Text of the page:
Licensing & Management of IP Assets Covenant Not to Sue

Licensing & Management of IP Assets
Covenant Not to Sue
AIPLA Spring Meeting
May 2, 2013
Presented by
D. Patrick O’Reilley
Background to Covenants
 Emotional
– Implication of validity
 Exhaustion
– Lemelson
 License to make, covenant to sell, license
 Implied License
– Covenant to supplier, sue customer
Covenant not to sue
 Contractual promise not to sue for infringing acts
– Non-assertion agreement (difference?)
 Judicially enforceable agreement. Already LLC v. Nike Inc., 2013 U.S.
LEXIS 602 (Jan. 13, 2013)
 Equivalent to a license. Transcore v. Elec. Trans. Consults., 563 F.3d
1271 (Fed. Cir. 2009)
– “The inquiry focuses on what the agreement authorizes, not whether
the language is couched in terms of a license or a covenant not to
sue; effectively the two are equivalent.”
– “the difference [between a license and a covenant not to sue] is only
one of form, not substance-both are properly viewed as
Assignment of Covenant
 Hilgraeve Corp. v. Symantec Corp., 265 F.3d 1336 (Fed. Cir. 2001).
– “Symantec also contends that the covenant not to sue for patent
infringement . . . is equivalent to a freely transferable license to the
patent. This court has stated that ‘licenses are considered as nothing
more than a promise by the licensor not to sue the licensee.’ . . . The
covenant not to sue does not grant a transferable license to the
– License = covenant not to sue, but not covenant not to sue = license
– Covenant does not grant a transferable license
 License is assignable but only with permission of licensor
– Hapgood v. Hewitt, 119 U.S. 226 (1886); Unarco Indus. v. Kelley
Co., 465 F.2d 1303 (7th Cir. 1972)
Covenant not to sue
 Does sales by covenantee require marking like a license?
– Actual or constructive notice required to recover
damages for infringement of patent on product. 35
U.S.C. §287
– In re Yarn Processing Patent Validity Litigation (No. II),
602 F.Supp. 159 (D. N.C. 1984)
 “Section 287… applies to authorizations by patentee
of other persons ... regardless of the particular form
these authorizations may take and regardless of
whether the authorizations are ‘settlement
agreements,’ ‘covenants not to sue’ or ‘licenses.’”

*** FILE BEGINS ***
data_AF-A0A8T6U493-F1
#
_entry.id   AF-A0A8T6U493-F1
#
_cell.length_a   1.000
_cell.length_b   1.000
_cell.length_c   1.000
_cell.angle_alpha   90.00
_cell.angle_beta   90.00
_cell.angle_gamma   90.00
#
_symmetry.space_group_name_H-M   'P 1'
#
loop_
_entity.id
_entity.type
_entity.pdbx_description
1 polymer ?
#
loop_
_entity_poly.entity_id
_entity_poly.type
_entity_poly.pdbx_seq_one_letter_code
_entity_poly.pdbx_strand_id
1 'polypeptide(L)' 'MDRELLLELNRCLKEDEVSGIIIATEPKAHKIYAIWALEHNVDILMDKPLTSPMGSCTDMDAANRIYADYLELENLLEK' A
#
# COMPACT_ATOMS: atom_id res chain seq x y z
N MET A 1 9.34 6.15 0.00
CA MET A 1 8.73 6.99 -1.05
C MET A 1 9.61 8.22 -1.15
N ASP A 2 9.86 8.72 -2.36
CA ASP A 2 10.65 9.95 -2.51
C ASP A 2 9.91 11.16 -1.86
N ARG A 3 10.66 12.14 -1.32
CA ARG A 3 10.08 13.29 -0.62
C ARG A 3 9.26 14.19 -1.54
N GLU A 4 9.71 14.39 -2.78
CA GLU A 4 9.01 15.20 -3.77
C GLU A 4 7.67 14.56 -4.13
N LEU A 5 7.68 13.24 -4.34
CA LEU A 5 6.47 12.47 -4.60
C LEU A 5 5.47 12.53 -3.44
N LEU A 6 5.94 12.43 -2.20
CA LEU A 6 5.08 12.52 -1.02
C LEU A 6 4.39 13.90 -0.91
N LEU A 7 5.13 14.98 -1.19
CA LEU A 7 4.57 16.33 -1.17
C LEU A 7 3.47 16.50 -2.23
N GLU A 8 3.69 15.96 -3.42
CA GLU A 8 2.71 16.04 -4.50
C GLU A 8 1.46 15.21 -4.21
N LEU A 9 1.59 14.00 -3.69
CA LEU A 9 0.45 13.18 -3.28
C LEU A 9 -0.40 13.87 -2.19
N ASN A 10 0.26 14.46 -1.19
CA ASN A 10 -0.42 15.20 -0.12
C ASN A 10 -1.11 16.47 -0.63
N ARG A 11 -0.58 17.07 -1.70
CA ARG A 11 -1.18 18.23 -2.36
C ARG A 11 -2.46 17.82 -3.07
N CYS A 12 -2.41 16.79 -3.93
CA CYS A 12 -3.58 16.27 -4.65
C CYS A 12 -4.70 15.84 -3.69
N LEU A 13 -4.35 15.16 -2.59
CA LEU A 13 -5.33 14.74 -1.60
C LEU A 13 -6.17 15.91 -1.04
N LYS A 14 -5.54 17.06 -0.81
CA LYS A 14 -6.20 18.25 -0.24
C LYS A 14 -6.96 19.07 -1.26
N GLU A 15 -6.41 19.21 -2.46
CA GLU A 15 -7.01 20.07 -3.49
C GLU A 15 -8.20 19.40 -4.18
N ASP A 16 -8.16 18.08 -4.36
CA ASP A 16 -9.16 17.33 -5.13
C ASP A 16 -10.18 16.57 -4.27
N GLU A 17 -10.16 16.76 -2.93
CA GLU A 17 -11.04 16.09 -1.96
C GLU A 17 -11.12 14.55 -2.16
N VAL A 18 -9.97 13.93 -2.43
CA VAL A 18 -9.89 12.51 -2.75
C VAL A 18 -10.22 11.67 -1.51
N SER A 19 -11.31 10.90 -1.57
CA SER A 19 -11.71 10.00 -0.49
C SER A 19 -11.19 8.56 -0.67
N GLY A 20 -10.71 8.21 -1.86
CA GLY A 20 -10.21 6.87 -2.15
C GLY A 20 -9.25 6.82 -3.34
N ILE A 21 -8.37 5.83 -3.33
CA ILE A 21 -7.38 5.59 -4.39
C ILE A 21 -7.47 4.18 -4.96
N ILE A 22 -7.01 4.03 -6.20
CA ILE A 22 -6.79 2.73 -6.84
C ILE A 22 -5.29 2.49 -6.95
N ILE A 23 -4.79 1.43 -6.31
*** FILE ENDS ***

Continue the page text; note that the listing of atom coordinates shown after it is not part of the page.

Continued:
– Holding approved in Amstead Indus. V. Buckeye Steel
Castings, 24 F.3d 178 (Fed. Cir. 1994)
Patent Exhaustion
 Transcore v. Elec. Trans. Consults.
– Transcore sued Mark IV and settled, granting a covenant
 “[TransCore] agrees and covenants not to bring any demand,
claim, lawsuit, or action against Mark IV for future infringement”
– When Mark IV won contract to supply same product to ETC (ISTHA),
Transcore sued for infringement of same patents, plus one
– On patent exhaustion defense, Federal Circuit held
 Referring to covenant, “This term, without apparent restriction or
limitation, thus authorizes all acts that would otherwise be
 “Mark IV's sales to ISTHA were authorized and . . . TransCore's
patent rights are exhausted.”
Covenant Under 11 U.S.C. § 365(n)
 In re Spansion, 2011 U.S. Dist. LEXIS 82829 (D.
Del. 2011), aff’d 2012 U.S. App. LEXIS 26131 (3d
Cir. 2012)
– “Spansion is willing to dismiss the ITC action,
and will not re-file the ITC action or another
action related to one or more of the same
patents against Apple, in consideration of the
– Spansion sought rejection of covenant. Apple
wanted benefit of Section 365(n)
In re Spansion
 Spansion promised “not to sue Apple for its use of
Spansion's patented products. Accordingly, . . . the letter
agreement is a license.”
 365(n) applies to rejected “contract under which the debtor
is a licensor of a right to intellectual property” and provides
licensee right to retain its rights.
 “Since the letter agreement was a license, Spansion's
rejection of the license under § 365(a) triggered Apple's
right to elect to retain its licensing rights under § 365(n).”
Does a Covenant Run With Patent?
 Does it runs with the patent?
– No current decision on point.
– Older decisions suggest equitable to extend grant to assignee
 Pratt v. Wilcox Mfg., 64 F. 589 (C.C.D. Ill. 1893)
– Unclear whether court considered agreement to be a
covenant or license
 A personal promise not to enforce
– Implied license arising from equitable estoppel
– Whether assignee would be bound by equitable encumbrance would
depend on facts
 Assignee’s knowledge of covenant
 As between covenantee and assignee, who should suffer?
Covenant not to sue
 If covenant not to sue is a license, why have two
approaches to same result?
– Covenant not to sue is not a different concept; it is an
imprecise or implied grant of a license
 “No formal granting of a license is necessary in order to give it
effect. Any language used by the owner of the patent . . . that . . .
may properly infer that the owner consents to . . . use of the
patent . . . constitutes a license and a defense to an action for a
 De Forest Radio v. United States, 273 U.S. 236 (1927)
Covenant not to sue
 Contract, like a license, should
– Define scope of promise not to sue
 Extends to whom – customers, suppliers?
 Identify patents (all claims or specific product), field,
 Define term – can be for less than life of patents
– Under what conditions can it be assigned
 Require assignment with patent assignment
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for educational and entertainment purposes to contribute to the
understanding of U.S. intellectual property law. These materials reflect
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